Results and discussion

To assess the feasibility of our design, we studied the radical coupling of 2-iodopyridine (1) with the alkylidene malonate 2 (3.0 equivalents). We found that 1 mol% of the iridium-based photoredox catalyst Ir[dF(CF3)ppy]2dtbbpy·PF6 (among others)27 is capable of reductive 2-pyridyl radical formation under irradiation with a commercially available blue LED.

Alkylamines are effective stoichiometric reductants in photoredox processes, and their use in this context afforded the desired radical conjugate addition (RCA) product 3, albeit in low yield (Table 1, entries 1 and 2). While tributylammonium formate (the reductant used by Weaver for 2-bromoazole radical formation,24a–c entry 3) was similar in efficiency to the free base, the use of Hantzsch ester (HEH) delivered 3 in 50% yield (entry 4). In this system, HEH presumably donates an H-atom (to the intermediate radical adduct) and an electron to maintain redox neutrality. We found that the yield of this process was uniformly improved when aqueous solvent mixtures were employed (entries 5–8), and the use of 25% (v/v) H2O/DMSO afforded the desired product in 96% yield (entry 8).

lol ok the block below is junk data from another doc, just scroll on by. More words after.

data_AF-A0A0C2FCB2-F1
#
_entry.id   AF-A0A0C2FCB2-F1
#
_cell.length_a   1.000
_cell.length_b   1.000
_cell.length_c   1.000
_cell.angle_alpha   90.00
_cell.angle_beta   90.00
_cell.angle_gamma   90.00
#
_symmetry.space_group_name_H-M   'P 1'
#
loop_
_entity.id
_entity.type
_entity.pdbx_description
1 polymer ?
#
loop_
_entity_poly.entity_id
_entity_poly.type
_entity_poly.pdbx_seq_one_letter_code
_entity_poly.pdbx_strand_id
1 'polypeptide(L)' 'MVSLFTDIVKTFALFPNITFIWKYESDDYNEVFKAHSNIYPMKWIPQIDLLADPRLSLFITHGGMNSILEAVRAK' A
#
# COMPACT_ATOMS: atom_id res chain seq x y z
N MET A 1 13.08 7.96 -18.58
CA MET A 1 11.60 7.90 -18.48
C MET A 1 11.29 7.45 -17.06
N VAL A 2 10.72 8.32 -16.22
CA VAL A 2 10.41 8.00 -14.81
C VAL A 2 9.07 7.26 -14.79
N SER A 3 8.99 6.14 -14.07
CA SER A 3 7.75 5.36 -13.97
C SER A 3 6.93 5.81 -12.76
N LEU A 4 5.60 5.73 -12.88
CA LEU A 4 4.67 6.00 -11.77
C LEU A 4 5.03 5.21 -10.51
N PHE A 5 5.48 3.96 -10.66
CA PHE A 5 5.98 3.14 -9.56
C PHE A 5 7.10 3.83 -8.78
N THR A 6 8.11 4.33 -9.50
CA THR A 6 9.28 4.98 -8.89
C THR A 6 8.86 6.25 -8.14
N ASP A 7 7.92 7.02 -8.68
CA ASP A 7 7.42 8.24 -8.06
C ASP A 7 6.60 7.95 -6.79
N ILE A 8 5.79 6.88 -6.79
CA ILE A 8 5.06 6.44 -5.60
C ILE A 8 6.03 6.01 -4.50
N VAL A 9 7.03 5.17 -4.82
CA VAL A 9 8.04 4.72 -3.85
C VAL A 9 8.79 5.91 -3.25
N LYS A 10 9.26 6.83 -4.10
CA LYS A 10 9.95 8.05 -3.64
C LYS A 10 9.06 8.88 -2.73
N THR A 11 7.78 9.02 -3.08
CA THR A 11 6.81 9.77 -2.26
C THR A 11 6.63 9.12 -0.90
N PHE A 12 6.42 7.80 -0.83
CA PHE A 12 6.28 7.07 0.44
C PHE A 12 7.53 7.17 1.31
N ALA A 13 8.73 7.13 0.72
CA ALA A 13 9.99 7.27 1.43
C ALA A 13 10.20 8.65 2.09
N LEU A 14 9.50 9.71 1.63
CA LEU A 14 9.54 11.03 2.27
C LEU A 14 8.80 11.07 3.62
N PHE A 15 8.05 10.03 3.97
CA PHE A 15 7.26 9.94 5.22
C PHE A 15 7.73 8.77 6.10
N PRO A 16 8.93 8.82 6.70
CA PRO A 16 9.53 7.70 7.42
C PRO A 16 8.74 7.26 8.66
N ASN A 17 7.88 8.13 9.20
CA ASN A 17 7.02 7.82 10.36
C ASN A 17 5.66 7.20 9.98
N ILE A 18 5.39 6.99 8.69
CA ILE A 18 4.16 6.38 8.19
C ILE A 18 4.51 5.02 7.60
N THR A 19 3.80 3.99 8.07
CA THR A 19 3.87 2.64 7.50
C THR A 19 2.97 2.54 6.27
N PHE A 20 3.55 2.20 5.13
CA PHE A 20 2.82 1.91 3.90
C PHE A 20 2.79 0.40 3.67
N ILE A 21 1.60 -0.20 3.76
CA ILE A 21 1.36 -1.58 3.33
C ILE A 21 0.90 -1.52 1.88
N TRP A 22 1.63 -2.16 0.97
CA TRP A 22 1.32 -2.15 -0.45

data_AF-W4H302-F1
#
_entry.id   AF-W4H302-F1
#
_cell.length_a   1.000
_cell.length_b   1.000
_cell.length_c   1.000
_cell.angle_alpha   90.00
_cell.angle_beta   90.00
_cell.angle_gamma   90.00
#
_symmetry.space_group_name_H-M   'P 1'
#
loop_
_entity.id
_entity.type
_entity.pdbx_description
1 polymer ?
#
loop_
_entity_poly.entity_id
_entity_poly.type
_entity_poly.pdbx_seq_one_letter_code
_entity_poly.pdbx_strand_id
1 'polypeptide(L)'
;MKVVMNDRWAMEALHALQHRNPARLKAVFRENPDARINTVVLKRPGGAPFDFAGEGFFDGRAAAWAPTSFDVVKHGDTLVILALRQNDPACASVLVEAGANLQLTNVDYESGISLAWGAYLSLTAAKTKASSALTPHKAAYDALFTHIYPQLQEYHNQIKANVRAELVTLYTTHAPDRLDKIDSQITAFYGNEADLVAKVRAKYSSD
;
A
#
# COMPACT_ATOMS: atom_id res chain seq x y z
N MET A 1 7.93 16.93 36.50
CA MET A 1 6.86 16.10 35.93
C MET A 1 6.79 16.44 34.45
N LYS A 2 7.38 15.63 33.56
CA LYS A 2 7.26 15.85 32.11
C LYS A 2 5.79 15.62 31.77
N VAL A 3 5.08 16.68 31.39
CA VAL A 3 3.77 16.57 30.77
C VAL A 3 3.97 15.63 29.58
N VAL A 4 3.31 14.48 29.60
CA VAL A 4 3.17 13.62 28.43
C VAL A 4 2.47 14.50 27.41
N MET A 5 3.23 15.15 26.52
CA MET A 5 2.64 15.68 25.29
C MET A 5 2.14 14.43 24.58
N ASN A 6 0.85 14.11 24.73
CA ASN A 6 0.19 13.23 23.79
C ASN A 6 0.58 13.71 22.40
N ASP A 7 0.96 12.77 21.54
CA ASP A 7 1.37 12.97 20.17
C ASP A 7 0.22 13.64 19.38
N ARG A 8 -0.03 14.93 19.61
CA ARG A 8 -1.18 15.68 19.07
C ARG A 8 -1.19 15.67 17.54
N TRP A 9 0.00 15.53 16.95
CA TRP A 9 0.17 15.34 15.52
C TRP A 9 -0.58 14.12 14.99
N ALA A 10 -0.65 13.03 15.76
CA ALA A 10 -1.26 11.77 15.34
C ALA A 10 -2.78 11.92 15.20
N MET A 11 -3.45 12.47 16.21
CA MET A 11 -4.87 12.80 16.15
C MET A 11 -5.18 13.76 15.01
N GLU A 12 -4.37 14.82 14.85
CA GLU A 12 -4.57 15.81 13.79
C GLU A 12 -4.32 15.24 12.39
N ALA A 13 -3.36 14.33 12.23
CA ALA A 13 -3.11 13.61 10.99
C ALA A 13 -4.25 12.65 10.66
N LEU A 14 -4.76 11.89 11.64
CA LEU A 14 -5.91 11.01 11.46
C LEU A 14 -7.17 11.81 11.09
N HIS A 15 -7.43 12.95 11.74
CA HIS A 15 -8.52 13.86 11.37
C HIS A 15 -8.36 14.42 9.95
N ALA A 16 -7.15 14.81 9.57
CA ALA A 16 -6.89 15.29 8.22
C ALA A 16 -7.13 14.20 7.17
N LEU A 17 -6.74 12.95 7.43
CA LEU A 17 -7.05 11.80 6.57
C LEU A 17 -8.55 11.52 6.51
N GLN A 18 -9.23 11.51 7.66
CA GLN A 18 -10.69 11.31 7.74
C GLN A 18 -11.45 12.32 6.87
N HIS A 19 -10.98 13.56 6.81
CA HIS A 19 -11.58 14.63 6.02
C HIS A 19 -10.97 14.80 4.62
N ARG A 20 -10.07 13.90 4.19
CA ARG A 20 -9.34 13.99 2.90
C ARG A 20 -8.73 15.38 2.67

Table 1 Optimization of conditions for heteroaryl radical conjugate additiona

image file: c7sc00243b-u1.tif

Entry Amine Solvent Yield of 3b
a Reaction conditions: 2-iodopyridine (1.0 equiv.), dimethyl ethylidene malonate (3.0 equiv.), Ir[dF(CF3)ppy]2dtbbpy·PF6 (1.0 mol%), amine (1.3 equiv.), 25% H2O/DMSO (10 mL mmol−1 heteroarene), blue light, 23 °C, 18 h. b Yields determined by GC using dodecane as internal standard. c With 3.0 equiv. amine.
1c i-Pr2NEt CH3CN 12%
2c NBu3 CH3CN 29%
3c NBu3·HCO2H CH3CN 28%
4 Hantzsch ester CH3CN 50%
5 Hantzsch ester 25% H2O/CH3CN 80%
6 Hantzsch ester 25% H2O/DMF 75%
7 Hantzsch ester 25% H2O/MeOH 78%
8 Hantzsch ester 25% H2O/DMSO 96%